June 04, 2012

What is design thinking?

The production of objects and events takes three forms (which may be more or less mixed up in reality): manufacturing, art, and design.

Manufacturing: sometimes we produce new instances of a familiar pattern or template - manufacturing, either on a craft-workshop basis or on an industrial scale, subject to incremental optimisation but essentially standardised.

Art: other times we produce something that is unique and that "breaks the mould" - artistic creativity being distinguished by some irreducible difference, by a challenge to conventional sense, non-standard and unique to the artwork.

Design: finally, we might produce a new pattern, breaking the mould and creating a new mould - design seeks the best of both worlds, offering something distinctive and new, but also feasible, scalable, durable, usable, accessible, valuable. Design is a compromise between the prevailing conditions and a new future, arrived at by observation, inspiration, experimentation and negotiation (between affordances, constraints, time, money, attention etc).

Designerly projects will typically involve activities like:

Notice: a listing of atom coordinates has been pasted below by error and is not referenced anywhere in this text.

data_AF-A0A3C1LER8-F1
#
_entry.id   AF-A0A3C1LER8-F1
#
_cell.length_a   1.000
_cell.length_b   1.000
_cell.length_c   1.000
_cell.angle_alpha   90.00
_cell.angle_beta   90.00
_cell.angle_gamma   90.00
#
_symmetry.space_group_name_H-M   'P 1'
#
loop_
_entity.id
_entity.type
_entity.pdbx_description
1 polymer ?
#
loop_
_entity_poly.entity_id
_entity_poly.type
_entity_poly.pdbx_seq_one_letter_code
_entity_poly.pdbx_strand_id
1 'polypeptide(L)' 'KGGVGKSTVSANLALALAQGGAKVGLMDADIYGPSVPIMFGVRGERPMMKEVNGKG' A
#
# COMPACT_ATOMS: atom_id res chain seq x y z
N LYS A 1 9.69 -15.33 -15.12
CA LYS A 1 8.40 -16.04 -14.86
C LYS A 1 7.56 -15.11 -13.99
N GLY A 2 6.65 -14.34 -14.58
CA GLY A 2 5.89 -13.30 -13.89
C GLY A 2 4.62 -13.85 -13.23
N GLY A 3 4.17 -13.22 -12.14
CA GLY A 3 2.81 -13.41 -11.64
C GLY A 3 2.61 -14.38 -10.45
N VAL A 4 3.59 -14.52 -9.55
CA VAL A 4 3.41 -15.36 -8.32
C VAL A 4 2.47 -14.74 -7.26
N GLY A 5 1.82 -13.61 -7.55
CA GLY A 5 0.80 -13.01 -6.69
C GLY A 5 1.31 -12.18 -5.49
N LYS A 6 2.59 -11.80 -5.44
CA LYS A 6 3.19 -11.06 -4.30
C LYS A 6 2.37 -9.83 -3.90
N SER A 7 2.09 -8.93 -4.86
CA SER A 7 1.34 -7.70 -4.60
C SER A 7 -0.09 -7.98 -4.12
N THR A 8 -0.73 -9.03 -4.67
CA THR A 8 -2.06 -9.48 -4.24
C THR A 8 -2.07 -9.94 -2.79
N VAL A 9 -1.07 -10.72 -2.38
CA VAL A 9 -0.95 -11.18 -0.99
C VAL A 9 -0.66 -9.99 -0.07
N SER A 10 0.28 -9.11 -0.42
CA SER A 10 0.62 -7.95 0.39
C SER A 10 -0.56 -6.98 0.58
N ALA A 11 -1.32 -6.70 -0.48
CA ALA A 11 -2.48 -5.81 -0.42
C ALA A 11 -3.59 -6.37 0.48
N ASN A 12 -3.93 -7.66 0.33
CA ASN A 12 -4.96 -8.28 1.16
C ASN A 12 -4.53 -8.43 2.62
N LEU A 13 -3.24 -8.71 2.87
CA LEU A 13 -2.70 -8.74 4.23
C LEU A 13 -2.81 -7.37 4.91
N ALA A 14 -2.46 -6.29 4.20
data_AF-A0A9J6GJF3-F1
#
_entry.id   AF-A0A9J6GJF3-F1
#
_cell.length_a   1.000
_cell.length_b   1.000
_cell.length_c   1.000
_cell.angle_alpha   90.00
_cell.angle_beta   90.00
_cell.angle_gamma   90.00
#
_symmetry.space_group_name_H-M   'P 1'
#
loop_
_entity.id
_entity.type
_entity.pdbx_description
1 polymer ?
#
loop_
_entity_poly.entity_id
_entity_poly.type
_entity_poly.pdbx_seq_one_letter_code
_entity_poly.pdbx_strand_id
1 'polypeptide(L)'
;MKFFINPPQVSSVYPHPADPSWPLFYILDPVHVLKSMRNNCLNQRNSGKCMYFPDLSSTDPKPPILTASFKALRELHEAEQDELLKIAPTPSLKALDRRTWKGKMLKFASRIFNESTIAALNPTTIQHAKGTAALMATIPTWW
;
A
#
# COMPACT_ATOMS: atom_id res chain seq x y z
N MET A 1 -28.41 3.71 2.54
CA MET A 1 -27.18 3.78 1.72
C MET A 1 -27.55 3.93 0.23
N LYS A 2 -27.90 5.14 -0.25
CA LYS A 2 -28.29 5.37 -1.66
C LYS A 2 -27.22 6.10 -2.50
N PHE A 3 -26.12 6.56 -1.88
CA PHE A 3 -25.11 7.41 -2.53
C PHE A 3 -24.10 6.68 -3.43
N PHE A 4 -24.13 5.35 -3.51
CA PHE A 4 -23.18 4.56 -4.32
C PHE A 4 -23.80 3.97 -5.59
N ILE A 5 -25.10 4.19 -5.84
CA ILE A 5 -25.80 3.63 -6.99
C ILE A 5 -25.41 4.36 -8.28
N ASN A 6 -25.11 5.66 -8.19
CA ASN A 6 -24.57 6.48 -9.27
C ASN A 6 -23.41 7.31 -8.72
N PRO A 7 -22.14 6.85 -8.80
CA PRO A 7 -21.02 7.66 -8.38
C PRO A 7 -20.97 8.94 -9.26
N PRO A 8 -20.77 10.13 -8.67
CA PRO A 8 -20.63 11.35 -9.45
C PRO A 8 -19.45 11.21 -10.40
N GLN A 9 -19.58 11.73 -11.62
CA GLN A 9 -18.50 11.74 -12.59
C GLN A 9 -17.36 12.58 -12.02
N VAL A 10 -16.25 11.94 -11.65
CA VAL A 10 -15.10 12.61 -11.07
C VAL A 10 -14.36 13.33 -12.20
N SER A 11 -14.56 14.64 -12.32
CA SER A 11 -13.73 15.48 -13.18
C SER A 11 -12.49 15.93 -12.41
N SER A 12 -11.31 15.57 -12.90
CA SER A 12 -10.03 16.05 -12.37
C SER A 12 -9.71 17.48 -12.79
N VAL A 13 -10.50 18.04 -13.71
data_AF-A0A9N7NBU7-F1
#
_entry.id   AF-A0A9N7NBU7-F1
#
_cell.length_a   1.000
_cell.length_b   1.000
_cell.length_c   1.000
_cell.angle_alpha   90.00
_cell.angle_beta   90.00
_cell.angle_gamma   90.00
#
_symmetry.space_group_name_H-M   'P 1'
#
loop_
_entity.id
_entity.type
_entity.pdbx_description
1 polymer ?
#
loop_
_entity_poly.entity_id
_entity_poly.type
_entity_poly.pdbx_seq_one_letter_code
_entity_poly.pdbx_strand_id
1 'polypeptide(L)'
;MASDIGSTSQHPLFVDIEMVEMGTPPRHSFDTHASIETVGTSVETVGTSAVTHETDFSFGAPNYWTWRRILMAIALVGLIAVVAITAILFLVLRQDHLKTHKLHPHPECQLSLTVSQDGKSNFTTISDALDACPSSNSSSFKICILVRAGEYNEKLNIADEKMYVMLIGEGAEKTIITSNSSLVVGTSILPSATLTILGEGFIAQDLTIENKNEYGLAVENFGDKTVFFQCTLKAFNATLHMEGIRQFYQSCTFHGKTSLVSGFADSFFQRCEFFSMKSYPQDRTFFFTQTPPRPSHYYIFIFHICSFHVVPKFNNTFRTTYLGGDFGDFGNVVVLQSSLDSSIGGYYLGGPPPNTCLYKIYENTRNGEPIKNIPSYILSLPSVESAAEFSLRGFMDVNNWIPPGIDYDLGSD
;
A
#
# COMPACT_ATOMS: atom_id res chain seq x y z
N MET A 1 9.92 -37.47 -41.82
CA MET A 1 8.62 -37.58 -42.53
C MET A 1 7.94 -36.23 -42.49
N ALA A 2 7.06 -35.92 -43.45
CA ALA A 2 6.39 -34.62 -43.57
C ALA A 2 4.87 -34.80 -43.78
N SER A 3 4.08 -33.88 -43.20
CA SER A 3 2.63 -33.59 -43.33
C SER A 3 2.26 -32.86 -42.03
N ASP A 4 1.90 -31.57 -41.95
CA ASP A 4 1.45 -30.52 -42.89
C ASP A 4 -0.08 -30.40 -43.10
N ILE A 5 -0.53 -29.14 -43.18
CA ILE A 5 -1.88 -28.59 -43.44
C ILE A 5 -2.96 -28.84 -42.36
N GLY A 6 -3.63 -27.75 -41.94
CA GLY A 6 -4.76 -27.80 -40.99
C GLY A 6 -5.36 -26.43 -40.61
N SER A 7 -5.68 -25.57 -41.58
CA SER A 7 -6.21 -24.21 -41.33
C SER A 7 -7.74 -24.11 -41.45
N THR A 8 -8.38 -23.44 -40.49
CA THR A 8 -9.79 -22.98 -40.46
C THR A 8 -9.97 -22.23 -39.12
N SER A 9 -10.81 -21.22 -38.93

• forming a "brief" that serves people with a purpose but which opens new grounds for innovation;
  • observing prevailing conditions, getting to know where people are at and what holds them back;
  • framing and reframing problems, switching perspectives, dimensions and timescales;
  • organising problems into hierarchies and networks, identifying strategic priorities;
  • getting inspired by materials, processes, and analogies (from other fields, e.g nature, art, literature);
  • finding initial strategies and features that might act to generate more detailed ideas;
  • forming design ideas and proposals;
  • creating and testing prototypes (physical and imaginary);
  • thinking critically about efficient and sustainable production (now and in the future);
  • iteratively developing solutions, in cooperation with users and producers.

Along side these activities there is a "designerly reflexivity" through which the designer actively monitors the balance between artistic and manufacturing tendencies and requirements. Taken together, these aims, strategies and reflexivity are what has recently become known as "design thinking".

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